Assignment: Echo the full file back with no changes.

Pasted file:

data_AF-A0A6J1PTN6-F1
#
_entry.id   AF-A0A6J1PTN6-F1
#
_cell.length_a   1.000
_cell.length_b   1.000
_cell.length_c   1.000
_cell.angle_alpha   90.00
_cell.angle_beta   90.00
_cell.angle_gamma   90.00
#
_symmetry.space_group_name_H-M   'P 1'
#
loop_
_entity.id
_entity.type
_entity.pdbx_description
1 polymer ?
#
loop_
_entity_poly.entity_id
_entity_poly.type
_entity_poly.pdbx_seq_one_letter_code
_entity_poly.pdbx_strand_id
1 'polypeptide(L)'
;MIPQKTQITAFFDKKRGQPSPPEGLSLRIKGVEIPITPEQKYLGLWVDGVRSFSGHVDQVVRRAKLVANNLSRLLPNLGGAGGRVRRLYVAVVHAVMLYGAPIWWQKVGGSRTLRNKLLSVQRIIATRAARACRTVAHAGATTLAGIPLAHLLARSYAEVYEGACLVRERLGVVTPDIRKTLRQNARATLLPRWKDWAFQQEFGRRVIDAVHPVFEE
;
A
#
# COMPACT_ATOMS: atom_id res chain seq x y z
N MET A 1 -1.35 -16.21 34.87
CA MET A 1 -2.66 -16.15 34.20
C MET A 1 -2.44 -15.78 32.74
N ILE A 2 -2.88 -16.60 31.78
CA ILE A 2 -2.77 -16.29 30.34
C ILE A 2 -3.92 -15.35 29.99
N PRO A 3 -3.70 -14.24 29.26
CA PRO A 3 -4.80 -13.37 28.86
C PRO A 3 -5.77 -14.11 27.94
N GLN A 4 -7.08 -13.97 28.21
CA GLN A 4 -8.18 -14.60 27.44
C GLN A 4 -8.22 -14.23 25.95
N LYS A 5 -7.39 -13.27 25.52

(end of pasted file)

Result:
data_AF-A0A6J1PTN6-F1
#
_entry.id   AF-A0A6J1PTN6-F1
#
_cell.length_a   1.000
_cell.length_b   1.000
_cell.length_c   1.000
_cell.angle_alpha   90.00
_cell.angle_beta   90.00
_cell.angle_gamma   90.00
#
_symmetry.space_group_name_H-M   'P 1'
#
loop_
_entity.id
_entity.type
_entity.pdbx_description
1 polymer ?
#
loop_
_entity_poly.entity_id
_entity_poly.type
_entity_poly.pdbx_seq_one_letter_code
_entity_poly.pdbx_strand_id
1 'polypeptide(L)'
;MIPQKTQITAFFDKKRGQPSPPEGLSLRIKGVEIPITPEQKYLGLWVDGVRSFSGHVDQVVRRAKLVANNLSRLLPNLGGAGGRVRRLYVAVVHAVMLYGAPIWWQKVGGSRTLRNKLLSVQRIIATRAARACRTVAHAGATTLAGIPLAHLLARSYAEVYEGACLVRERLGVVTPDIRKTLRQNARATLLPRWKDWAFQQEFGRRVIDAVHPVFEE
;
A
#
# COMPACT_ATOMS: atom_id res chain seq x y z
N MET A 1 -1.35 -16.21 34.87
CA MET A 1 -2.66 -16.15 34.20
C MET A 1 -2.44 -15.78 32.74
N ILE A 2 -2.88 -16.60 31.78
CA ILE A 2 -2.77 -16.29 30.34
C ILE A 2 -3.92 -15.35 29.99
N PRO A 3 -3.70 -14.24 29.26
CA PRO A 3 -4.80 -13.37 28.86
C PRO A 3 -5.77 -14.11 27.94
N GLN A 4 -7.08 -13.97 28.21
CA GLN A 4 -8.18 -14.60 27.44
C GLN A 4 -8.22 -14.23 25.95
N LYS A 5 -7.39 -13.27 25.52